Why study at a London University


Qualifications from London Universities are recognised all across the world therefore it is a great investment for your future. Many universities offer work placement and you will also have the option of a part-time work to help you with your financial situation. London is a city of opportunities and it would be a great asset to your CV to add a working experience acquired in the city of London.



In order to get a place at a university in London you will have to provide evidence of your past qualifications. On top of your subject specific qualification, international students and EU students are required to provide a proof of English language skills.

Although this varies from university to university, generally you will need; IELTS exam score or Cambridge exam certificate. The minimum score or certificate accepted depends on the individual university.  It is generally expected to reach at least the score of 5 in IELTS exam or to pass Advanced (CAE) or Proficiency (CPE) Cambridge Certificate. See comparison table above (link). EU students may just need to provide leaving English language exam score from acquired in their home country.

Most universities offer English language courses for international students and you might have to attend a language class as a condition for your admission if your certificates are not sufficient. You can also choose to attend these courses as your subject of choice in order to improve your language skills.


All your documents must be legally translated into English.



UK universities encourage team work and independent research. You will be expected to give presentations in front of the class, work on projects in teams with your fellow students; you will also be submitting written essays and take exams depending on your specification. In some countries it is common to only be marked on exams at the end of the semester. In UK universities you will be tested and marked on various abilities throughout the semester. You will have consultations with your tutors where you get the opportunity to ask for advice and help individually.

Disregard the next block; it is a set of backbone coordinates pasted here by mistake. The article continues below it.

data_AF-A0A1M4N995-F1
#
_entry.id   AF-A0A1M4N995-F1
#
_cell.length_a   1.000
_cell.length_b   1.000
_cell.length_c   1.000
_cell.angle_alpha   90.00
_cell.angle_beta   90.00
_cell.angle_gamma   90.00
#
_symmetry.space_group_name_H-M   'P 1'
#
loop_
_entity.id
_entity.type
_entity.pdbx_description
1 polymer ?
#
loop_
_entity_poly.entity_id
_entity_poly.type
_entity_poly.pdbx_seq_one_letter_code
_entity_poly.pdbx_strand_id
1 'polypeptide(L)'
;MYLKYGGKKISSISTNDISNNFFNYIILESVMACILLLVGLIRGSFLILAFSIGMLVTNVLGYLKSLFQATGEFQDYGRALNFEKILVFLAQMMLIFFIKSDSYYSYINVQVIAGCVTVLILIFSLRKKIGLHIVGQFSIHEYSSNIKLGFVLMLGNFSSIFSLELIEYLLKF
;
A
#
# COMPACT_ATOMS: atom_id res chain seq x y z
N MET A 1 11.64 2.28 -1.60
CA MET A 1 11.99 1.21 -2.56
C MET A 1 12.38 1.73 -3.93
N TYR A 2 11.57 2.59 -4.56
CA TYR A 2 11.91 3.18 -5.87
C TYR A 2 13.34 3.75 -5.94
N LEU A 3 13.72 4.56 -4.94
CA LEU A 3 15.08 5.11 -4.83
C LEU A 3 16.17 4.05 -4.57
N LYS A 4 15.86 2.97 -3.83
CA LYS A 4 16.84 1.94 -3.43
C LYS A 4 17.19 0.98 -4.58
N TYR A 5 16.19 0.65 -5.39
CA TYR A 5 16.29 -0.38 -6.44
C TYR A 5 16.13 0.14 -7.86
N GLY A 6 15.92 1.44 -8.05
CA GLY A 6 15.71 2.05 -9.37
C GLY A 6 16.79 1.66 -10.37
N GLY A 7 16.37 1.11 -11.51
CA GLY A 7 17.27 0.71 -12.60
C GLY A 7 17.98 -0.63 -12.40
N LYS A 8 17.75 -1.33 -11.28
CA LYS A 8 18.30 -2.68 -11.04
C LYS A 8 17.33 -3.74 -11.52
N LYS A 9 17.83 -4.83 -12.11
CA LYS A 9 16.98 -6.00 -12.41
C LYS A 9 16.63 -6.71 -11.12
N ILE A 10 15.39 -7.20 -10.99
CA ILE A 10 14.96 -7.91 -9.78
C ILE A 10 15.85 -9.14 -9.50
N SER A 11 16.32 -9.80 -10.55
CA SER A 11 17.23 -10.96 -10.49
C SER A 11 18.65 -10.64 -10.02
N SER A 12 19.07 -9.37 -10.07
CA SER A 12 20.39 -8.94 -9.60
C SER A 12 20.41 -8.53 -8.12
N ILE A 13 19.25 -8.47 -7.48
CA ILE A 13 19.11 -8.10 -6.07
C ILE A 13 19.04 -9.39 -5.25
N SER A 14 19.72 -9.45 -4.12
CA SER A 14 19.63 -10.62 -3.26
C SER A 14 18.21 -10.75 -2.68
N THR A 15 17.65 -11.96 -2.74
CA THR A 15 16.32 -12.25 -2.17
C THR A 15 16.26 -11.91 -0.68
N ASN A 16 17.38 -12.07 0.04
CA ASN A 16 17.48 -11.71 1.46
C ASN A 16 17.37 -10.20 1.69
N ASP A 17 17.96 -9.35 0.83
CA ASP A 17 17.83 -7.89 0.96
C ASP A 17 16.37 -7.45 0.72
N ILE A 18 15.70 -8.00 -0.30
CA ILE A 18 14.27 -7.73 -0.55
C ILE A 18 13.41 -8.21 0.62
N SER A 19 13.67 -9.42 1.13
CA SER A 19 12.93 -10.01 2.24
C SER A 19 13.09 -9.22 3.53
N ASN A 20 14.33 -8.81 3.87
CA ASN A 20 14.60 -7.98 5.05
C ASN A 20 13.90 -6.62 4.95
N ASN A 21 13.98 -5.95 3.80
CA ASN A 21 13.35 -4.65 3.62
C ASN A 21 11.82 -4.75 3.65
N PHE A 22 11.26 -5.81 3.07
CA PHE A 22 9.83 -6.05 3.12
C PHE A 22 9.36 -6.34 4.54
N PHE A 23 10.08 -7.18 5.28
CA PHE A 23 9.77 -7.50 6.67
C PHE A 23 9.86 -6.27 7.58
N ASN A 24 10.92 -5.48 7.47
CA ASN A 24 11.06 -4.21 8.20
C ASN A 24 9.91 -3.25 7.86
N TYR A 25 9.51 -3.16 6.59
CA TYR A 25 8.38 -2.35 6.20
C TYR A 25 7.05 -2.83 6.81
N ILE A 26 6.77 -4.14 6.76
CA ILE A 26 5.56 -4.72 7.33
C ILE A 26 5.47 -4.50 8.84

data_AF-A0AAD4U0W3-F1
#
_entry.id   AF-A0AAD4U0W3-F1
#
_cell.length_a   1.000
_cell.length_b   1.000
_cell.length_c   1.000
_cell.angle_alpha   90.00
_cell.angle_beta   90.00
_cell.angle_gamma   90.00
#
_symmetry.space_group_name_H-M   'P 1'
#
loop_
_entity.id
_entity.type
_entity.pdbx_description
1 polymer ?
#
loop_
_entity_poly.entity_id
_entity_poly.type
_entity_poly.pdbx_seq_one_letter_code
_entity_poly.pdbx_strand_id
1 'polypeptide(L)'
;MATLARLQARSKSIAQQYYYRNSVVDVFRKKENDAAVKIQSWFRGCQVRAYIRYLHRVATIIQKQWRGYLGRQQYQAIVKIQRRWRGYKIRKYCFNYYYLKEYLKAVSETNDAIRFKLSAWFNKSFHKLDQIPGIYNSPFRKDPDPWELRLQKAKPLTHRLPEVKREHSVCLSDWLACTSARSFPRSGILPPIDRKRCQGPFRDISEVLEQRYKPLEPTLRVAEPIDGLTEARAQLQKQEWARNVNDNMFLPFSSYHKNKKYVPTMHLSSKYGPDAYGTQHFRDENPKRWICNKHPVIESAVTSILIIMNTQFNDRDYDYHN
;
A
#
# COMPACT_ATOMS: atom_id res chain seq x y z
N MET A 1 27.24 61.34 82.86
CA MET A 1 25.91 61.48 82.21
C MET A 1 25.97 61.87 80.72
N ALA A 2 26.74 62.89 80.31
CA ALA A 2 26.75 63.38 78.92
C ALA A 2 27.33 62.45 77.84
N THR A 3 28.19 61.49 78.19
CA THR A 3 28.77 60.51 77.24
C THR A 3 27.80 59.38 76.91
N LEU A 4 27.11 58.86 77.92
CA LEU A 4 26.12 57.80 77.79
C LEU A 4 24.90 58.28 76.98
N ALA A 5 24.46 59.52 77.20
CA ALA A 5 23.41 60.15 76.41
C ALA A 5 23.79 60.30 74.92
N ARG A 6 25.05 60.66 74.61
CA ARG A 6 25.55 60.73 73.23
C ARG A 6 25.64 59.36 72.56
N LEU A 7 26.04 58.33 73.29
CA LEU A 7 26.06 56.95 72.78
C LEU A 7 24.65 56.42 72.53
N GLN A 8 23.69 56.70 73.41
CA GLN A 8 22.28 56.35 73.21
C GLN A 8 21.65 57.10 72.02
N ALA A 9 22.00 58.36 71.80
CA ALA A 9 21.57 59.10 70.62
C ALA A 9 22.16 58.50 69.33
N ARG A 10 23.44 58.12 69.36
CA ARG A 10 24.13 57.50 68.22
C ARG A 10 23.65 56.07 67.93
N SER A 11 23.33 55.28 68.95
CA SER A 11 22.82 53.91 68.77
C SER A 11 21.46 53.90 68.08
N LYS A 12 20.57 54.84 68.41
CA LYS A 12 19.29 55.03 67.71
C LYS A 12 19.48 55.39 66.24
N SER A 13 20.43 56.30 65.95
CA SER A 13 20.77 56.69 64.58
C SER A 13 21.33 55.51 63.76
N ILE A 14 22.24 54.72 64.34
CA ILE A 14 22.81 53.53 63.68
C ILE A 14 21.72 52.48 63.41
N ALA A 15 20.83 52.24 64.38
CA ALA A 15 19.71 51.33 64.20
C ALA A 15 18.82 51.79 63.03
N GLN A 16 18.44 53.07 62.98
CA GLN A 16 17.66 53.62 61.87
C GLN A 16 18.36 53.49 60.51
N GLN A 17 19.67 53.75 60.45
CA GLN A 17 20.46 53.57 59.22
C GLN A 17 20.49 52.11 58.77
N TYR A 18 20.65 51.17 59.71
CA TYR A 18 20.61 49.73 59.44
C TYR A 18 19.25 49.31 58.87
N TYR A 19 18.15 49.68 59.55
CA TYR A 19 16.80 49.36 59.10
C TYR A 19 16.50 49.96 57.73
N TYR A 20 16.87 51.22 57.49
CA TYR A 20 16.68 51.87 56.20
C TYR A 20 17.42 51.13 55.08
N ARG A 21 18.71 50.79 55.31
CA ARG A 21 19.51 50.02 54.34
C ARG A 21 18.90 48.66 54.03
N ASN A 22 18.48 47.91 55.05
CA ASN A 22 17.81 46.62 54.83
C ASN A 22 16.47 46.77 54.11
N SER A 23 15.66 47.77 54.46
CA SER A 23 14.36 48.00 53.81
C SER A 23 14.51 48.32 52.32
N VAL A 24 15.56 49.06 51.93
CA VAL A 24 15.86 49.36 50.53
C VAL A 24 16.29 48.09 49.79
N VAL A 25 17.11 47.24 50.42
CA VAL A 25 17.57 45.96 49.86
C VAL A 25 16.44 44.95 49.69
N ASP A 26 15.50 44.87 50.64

It is highly recommended to go to an open day at several universities that are of interest to you. Open days offer you a chance to look around, ask questions, and speak to fellow students as well as tutors which can help you greatly in making the right decision. Taking into account the significant cost of the fees you will want to pick a place of study where you feel comfortable, motivated and encouraged to achieve the best possible results.



You can choose between studying one subject or doing a joint degree consisting of two subjects. For example, you can study for a degree in English literature or you can choose to do a joint degree in English literature and philosophy. A joint degree doesn’t take any longer to complete you will just have to divide the modules between two subjects.



Normally, each module is one complete topic within your field. Every semester or year you will be asked to pick the modules relevant to your subject. Some modules are compulsory and you will have no choice but to complete those. Each module accounts for certain amount of credits. For example one module may amount to 15 credits if you pass. In order to complete a degree you will need certain amount of credits. Every university has its own system and this is just an example from one university.



Undergraduate full time courses usually take 3 to 4 years to complete. Part-time courses may last 5 or more years. Academic year is usually divided into two semesters; spring and winter. Admissions to universities take place twice a year in most universities either in the month of September/October or January/February. In order to complete a degree you will have to attend 12 semesters regardless of your mode of study (part-time/full-time). It is more common to start a course in September/October.

Postgraduate courses normally last 1 or 2 years depending on your subject and specification.



Studying part-time means it will take you longer to complete the degree. It might take up to 5 years depending on the degree and university. Part-time courses are generally less expensive. You would be expected to pay fees per modules on a pay as you go basis rather than paying the whole tuition fee up front.  The amount of modules chosen to take each semester determines the length of your overall course. The university finance department will clearly explain this to you and you can organize your own timetable and payments.
In some countries studying for a part-time degree means Saturday classes. In London, part-time students study together with full-time students but do fewer modules each semester. Many universities offer afternoon and evening classes. Conditions may vary.



Related Topics

Useful websites and sources

University Guide: the Official London University Guide The Official London University Guide: http://www.studylondon.ac.uk UKAS – The Universities and Colleges Admissions Service https://www.ucas.com/ UK Council for International Student Affairs: http://www.ukcisa.org.uk/ Cambridge English ESOL: http://www.cambridgeenglish.org Council of Europe: http://www.coe.int/t/dg4/linguistic/Cadre1_en.asp Catalogue of Study material visit this page of the official Cambridge website. Free online practice tests for learners of English http://www.examenglish.com/   Read More


Probably the most popular language exam is the IELTS (International English Language Testing System). It is designed specifically for people who want to study or work in countries where English language is the primary or the official language of communication. IELTS is accepted by over 9,000 organisations worldwide! The IELTS exam has two versions; the   Read More

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